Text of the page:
CSS3 — Understanding the Cascade

Having an understanding of the idea of the cascade is important when dealing with CSS, because many CSS development problems are due to styles being unintentionally applied to an element.

How does the browser decide which styles to apply?

So how does the browser understand our intentions? When more than one rule can be applied to the same element, the browser uses the cascade to determine which style properties to apply.

Our example has a general style rule focused on paragraph elements, and then a more specific rule aimed at one or more particular paragraphs.

Both style rules target paragraphs, but the more specific rule overrides the general rule in the case of matching paragraphs.

p {  
  color: #0000FF;  
}

.sidebar>p {  
  color: #ffffff; 
}

There are four factors that the browser uses to make the decision: weight, origin, specificity, and source order.

The weight of a particular style declaration is determined by the use of the keyword !important. When the keyword appears after a property value, that value can’t be overridden by the same property in another style rule, except in very specific circumstances. Using !important in your stylesheets has a huge negative impact on maintainability, and there’s often little call for it anyway. If you’d like to know more, you can read about it in the SitePoint CSS Reference.

There are three possible stylesheet origins: the browser, the author, and the user. We will focus on what are called author stylesheets; that’s stylesheets written by the web page creator—you! We’ve mentioned the browser internal stylesheet that provides the default styles for all elements, but styles in author stylesheets will always override styles in the browser default stylesheet. The only other possible origin for stylesheets are user stylesheets—custom styles written by the browser users — and even these are overridden by the author stylesheet except in rare circumstances.

The two parts of the cascade that will affect your daily CSS work the most are specificity and source order. The rule of specificity ensures that the style rule with the most specific selector overrides any others with less-specific selectors.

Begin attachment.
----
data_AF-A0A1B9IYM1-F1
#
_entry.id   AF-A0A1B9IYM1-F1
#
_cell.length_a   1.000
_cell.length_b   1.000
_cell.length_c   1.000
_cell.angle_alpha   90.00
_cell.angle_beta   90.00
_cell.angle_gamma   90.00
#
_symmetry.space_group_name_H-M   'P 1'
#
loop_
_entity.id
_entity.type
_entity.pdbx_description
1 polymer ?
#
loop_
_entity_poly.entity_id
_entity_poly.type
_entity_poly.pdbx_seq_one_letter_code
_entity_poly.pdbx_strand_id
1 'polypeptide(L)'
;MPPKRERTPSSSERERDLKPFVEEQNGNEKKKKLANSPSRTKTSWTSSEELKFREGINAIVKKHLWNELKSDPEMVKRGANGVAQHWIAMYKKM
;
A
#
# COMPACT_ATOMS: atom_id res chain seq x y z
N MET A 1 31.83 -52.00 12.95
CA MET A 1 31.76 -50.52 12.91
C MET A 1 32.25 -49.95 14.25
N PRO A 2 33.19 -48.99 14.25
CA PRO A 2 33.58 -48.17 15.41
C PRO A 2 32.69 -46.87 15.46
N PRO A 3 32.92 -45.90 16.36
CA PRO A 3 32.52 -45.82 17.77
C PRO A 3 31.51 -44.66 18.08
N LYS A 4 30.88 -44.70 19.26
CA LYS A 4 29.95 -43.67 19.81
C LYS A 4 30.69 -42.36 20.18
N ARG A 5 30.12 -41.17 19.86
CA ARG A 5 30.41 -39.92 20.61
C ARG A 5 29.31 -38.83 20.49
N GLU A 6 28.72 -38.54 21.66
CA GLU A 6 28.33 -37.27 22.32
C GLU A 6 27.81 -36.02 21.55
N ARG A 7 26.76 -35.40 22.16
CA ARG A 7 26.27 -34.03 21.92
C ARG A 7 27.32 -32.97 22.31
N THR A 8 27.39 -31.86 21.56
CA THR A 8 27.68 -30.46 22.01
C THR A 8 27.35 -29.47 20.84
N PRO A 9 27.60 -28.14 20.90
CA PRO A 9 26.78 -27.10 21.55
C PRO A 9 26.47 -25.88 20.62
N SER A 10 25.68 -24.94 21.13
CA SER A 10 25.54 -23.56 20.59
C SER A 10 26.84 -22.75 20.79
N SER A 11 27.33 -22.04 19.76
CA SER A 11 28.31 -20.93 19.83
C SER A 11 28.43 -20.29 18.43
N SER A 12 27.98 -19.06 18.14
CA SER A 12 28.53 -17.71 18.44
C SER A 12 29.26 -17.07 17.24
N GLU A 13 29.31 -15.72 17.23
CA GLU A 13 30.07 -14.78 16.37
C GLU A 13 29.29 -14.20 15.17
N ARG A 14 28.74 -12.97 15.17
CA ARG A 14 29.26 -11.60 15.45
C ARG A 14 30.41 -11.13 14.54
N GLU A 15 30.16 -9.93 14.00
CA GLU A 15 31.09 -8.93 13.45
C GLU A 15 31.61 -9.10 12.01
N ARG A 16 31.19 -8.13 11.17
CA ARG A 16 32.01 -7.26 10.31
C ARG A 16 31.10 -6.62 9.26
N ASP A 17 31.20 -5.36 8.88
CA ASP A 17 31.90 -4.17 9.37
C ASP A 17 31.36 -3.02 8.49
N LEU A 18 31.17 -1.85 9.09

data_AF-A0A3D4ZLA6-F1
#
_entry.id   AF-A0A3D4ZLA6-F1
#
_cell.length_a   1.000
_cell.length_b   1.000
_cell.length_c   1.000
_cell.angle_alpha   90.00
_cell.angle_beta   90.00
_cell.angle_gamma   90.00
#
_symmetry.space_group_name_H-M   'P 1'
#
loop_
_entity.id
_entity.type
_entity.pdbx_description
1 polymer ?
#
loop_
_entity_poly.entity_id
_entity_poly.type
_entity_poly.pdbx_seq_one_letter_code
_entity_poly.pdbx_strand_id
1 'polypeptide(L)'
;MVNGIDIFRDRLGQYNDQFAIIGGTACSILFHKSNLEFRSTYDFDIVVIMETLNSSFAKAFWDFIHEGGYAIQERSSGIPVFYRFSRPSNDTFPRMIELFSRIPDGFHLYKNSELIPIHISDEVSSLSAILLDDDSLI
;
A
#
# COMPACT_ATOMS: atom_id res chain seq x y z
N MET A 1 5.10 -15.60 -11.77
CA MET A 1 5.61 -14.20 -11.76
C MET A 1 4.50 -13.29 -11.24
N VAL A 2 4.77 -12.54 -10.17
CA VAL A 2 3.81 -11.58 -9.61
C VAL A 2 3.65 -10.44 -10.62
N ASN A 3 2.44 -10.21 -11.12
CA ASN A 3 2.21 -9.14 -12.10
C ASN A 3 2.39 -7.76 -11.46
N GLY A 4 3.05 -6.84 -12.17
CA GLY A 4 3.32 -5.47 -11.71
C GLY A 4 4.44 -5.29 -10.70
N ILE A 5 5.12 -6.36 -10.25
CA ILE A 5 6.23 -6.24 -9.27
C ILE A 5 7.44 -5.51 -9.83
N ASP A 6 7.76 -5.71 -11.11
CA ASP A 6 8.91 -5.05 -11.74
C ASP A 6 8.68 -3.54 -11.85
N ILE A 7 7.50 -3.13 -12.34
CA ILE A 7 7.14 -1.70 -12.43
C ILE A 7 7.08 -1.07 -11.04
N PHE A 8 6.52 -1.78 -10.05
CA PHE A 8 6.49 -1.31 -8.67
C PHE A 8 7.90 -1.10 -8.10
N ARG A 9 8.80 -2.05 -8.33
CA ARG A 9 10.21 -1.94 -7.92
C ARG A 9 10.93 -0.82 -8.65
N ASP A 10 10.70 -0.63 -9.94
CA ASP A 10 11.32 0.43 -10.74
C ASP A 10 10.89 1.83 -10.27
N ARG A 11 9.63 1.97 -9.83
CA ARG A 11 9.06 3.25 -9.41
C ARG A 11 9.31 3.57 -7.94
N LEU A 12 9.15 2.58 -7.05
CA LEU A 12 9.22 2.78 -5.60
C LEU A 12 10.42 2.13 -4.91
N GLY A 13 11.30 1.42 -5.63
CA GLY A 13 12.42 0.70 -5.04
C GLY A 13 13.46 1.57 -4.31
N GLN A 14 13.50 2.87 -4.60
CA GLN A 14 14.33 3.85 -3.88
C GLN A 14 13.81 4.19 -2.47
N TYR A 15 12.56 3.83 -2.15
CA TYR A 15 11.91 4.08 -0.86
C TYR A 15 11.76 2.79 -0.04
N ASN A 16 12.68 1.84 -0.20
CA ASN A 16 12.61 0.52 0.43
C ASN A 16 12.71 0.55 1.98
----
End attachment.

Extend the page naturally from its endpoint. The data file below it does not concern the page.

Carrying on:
To give you an example of how this works, consider this simple snippet of HTML markup:

<div id="content">
 <p class="message">
   This is an important message.
 </p>
</div>

Now consider the following style rules that are to be applied to this HTML:

p { color: #000000; }
.message { color: #CCCCCC; }
p.message { color: #0000FF; }
#content p.message { color: #FF0000; }

These four selectors all match the paragraph element in the example HTML and set the text color. What color will be applied to the paragraph? If you guessed #FF0000, or red, you’d be right. The p type selector (any p element) has the lowest level of specificity, with .message (any element with class message) coming next. The selector p.message (any p element with class message) then has a higher level of specificity. The highest is the selector #content p.message (any p element with class message that is a child of the element with id content).

Longer selectors aren’t necessarily more specific. An ID selector, for example, will always have a higher specificity than an element type or class selector. It becomes trickier the more complex your selectors are.

If two or more style rules are still applicable to an element, the order in which the rules appear — the source order—is used. The last rule to be declared is applied. This is also true if you declare more than one style rule with the same selector; for example, .message in your stylesheet. It will be the second instance of the rule that will be applied to the element.

There are a number of detailed articles online explaining cascade and specificity. These include a series on SitePoint’s CSS Reference, which are highly recommend once you’ve a good grasp of some of the basics.

This is an excerpt from The CSS3 Anthology, 4th Edition, by Rachel Andrew

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